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Clin Neurol Neurosurg. 2012 Jul;114(6):572-6. doi: 10.1016/j.clineuro.2011.12.006. Epub 2011 Dec 27.

Spinal epidural abscess in adults caused by Staphylococcus aureus: clinical characteristics and prognostic factors.

Author information

1
Department of Neurology, Kaohsiung Chang Gung Memorial Hospital and Chang Gung University College of Medicine, Kaohsiung, Taiwan.

Abstract

OBJECTIVE:

Spinal epidural abscess (SEA) is a devastating infectious disease, which may result in neurologic sequelae. Staphylococcus (S.) aureus is a common pathogen of SEA. Here, we analyzed the clinical characteristics and laboratory data of adult patients with S. aureus SEA and compared the clinical characteristics of methicillin-sensitive S. aureus (MSSA) and methicillin-resistant S. aureus (MRSA) infections.

METHODS:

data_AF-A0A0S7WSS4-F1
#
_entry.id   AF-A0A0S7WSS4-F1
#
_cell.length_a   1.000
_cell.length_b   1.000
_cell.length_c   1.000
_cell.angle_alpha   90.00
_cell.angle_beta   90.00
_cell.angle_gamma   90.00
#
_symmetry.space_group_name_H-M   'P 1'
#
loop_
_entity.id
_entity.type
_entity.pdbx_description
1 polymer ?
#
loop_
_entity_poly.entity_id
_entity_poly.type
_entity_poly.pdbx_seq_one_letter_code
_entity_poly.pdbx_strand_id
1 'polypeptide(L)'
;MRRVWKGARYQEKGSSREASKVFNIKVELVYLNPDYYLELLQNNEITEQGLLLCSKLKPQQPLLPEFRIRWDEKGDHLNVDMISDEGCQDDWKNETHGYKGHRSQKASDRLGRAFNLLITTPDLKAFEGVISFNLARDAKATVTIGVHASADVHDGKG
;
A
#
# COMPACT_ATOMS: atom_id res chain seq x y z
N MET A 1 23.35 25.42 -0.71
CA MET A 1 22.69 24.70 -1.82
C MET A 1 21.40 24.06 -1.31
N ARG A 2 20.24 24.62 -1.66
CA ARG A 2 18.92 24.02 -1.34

Between 2003 and 2008, we collected data regarding 29 adult cases of S. aureus SEA and analyzed the clinical presentations, magnetic resonance (MR) imaging features, therapeutic outcome, and prognostic factors. Antibiotic susceptibility test results of 11 implicated MRSA strains were also further analyzed.

RESULTS:

We identified 17 MSSA strains and 12 MRSA strains. Lumbar and lumbosacral spine segments were the most commonly involved segments. All 29 patients had back pain. Other findings included sensory abnormalities (25), motor weakness (21), fever (16), bladder dysfunction (16), and altered consciousness (3). Disease onset at admission was acute in 6 cases and chronic in 23. The stages of disease severity were early stage in 9 and late stage in 20. After therapy, 21 patients had a good prognosis and 8 had a poor prognosis. Significant prognostic factors included older age (>70years), presence of diabetes mellitus, adrenal insufficiency, and MRSA infection. The prognosis alone was clinically different between patients with MSSA and MRSA infections.

CONCLUSIONS:

Patients with localized back pain, particularly those with a fever and compromised immune system, should undergo MR imaging to ensure an early diagnosis and management.

PMID:
22206858
DOI:
10.1016/j.clineuro.2011.12.006
[Indexed for MEDLINE]

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